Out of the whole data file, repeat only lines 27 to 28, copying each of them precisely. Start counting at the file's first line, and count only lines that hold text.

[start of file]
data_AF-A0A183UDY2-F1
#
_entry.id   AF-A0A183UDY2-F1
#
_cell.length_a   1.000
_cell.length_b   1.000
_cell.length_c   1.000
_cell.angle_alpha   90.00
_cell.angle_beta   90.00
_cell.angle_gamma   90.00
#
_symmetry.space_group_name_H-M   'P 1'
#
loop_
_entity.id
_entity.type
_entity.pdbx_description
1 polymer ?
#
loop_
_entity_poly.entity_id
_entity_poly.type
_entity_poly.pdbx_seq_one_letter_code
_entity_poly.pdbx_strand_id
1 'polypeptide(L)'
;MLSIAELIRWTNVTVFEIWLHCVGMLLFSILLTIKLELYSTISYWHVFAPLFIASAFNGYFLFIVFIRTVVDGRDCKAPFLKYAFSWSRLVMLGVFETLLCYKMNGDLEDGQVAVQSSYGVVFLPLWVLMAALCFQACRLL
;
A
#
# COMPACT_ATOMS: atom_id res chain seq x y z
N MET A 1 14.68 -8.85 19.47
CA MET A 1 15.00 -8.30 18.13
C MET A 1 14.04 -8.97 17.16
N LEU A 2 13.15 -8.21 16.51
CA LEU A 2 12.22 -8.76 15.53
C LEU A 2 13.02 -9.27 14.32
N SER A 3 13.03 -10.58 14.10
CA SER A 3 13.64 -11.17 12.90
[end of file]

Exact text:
;
A